Believing with you that religion is a matter which lies solely between man and his God; that he owes account to none other for his faith or his worship; that the legislative powers of the government reach actions only, and not opinions, I contemplate with sovereign reverence that act of the whole American people which declared that their legislature should `make no law respecting an establishment of religion, or prohibiting the free exercise thereof," thus building a wall of separation between church and State. Adhering to this expression of the supreme will of the nation in behalf of the rights of conscience, I shall see with sincere satisfaction the progress of those sentiments which tend to restore man to all of his natural rights, convinced he has no natural right in opposition to his social duties.
I reciprocate your kind prayers for the protection and blessings of the common Father and Creator of man, and tender you and your religious association, assurances of my high respect and esteem.
Thomas Jefferson

Sources: Robert S. Alley, Professor of Humanites, Emeritus, University of Richmond, from his article, "Public Education and the Public Good," published in William & Mary Bill of Rights Journal, Vol. 4, Issue 1, Summer 1995.
And Lipscomb, Andrew and Bergh, Albert, The Writings of Thomas Jefferson, Vol. 16, pp. 281-282.

In short, Jefferson told the Danbury Baptists three things. First, that he believed as they did that religion is a matter left between a man and his god, and second, that the government was only empowered to act on actions, not opinions. If the Danbury Baptists could show actual damage done by the Congregationalist majority, then there would be grounds for corrective action. Third, the wall of separation was to prevent one religion from being favored by the government to the exclusion of others.

Nowhere in this letter does Jefferson suggest that all religious thought and expression must be removed from government. In fact, he closes his letter with a religious reference. Now, if this was just private correspondence, then that would be a minor matter. But he was writing as the President of the United States, and if his characterization of the Establishment clause as a 'wall of separation' is to be considered as an official government position, then his closing blessing must also be considered as the same.

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More on the pledge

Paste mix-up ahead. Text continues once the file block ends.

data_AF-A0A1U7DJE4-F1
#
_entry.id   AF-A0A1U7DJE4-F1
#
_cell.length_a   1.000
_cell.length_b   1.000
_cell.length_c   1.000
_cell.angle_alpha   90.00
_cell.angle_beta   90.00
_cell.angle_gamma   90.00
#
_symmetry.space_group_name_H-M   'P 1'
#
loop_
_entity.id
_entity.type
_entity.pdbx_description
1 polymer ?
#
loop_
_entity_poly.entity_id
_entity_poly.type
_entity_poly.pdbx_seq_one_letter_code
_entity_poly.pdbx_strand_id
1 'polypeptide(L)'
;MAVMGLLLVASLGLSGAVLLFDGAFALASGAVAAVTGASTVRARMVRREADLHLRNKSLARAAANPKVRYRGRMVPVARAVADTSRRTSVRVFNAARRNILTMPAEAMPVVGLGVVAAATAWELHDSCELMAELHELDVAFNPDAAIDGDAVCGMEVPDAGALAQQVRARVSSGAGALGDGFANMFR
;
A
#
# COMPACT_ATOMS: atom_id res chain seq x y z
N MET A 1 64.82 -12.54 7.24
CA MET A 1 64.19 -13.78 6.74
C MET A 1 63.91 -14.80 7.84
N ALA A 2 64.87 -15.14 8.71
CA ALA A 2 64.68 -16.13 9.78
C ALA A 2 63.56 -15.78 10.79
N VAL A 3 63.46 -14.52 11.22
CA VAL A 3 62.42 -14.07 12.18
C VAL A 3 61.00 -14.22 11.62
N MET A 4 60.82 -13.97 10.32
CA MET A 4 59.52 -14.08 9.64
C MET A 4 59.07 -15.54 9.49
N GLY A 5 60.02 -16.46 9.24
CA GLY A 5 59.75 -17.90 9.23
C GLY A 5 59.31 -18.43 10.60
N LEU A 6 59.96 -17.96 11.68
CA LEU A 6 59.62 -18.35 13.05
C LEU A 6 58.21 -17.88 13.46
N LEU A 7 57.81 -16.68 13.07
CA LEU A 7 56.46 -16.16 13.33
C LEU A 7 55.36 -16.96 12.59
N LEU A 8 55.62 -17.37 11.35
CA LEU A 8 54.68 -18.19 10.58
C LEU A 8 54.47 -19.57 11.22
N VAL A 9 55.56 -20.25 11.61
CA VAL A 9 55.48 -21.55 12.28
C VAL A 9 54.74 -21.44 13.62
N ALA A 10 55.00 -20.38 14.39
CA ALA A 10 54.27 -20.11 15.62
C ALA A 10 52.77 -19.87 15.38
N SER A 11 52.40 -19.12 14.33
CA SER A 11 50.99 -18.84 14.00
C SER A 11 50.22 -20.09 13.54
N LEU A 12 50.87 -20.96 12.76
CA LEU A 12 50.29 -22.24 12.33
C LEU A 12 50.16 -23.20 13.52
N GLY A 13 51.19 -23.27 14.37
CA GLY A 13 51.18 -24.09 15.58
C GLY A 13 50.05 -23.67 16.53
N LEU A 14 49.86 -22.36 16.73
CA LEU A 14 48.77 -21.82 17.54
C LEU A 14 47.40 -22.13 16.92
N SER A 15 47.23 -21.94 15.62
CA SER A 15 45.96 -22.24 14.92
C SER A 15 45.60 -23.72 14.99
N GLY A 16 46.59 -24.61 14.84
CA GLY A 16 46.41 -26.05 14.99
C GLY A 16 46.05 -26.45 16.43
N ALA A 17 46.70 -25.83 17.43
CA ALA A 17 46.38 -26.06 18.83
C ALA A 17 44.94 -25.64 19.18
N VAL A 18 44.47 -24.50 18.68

More on the pledge Bill Sulik has an excellent discussion on the Establishment clause, and how it has been twisted into it's present interpretation.
To refresh everyone's recollection, the "Congress shall make no law respecting an establishment of religion." A review of the Supreme Court's jurisprudence of the past 20 years or so shows that it has built an edifice of case law that is so far askew of the plumb line of the establishment clause that it was bound to collapse, and this could bring it down. A review of the 9th Circuit decision shows that it has been built on those great errors.

He makes a strong case.

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My oversight

My oversight The Spoons Experience is a primo blog that I peruse regularly, especially with his new Sekimori site design. How I've neglected adding it to my permalinks is beyond me. That has been corrected.

Maybe I should get a site redesign....

Naah....that be the old silk purse/sow's ear thing.

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More evidence to dispute the “moderate Palestinian Majority”

More evidence to dispute the "moderate Palestinian Majority" From The Age, comes this report:
Polls also raise doubts about the suggestion by Bush that a silent majority of Palestinians, if given the chance to express themselves honestly in free elections, would reject violence against Israeli targets.

A survey published on Sunday in the Palestinian newspaper Al Hayat Al Jadidah found that 60 per cent of respondents supported suicide bombings within Israel and a stunning 86 per cent supported attacks against Israeli military and settlers within the West Bank and Gaza Strip.

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It’s the right thing to do

It's the right thing to do President Bush signed a bill into law, extending death benfits to domestic partners of policemen and firefighters killed in the line of duty.
The new law allows a $250,000 federal benefit for survivors of public safety officers to be paid to any beneficiary listed on the victim's life insurance policy. The money has been available only to spouses, children and parents.

It's only fair.

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Here’s a tough one

Here's a tough one Gay mom's daughters head for the hills.
HOUSTON (KHOU) -- Two teenage girls say that they can no longer live with their mother because she is gay. They've asked the state to take them in, but it says it won't interfere with this family that's divided.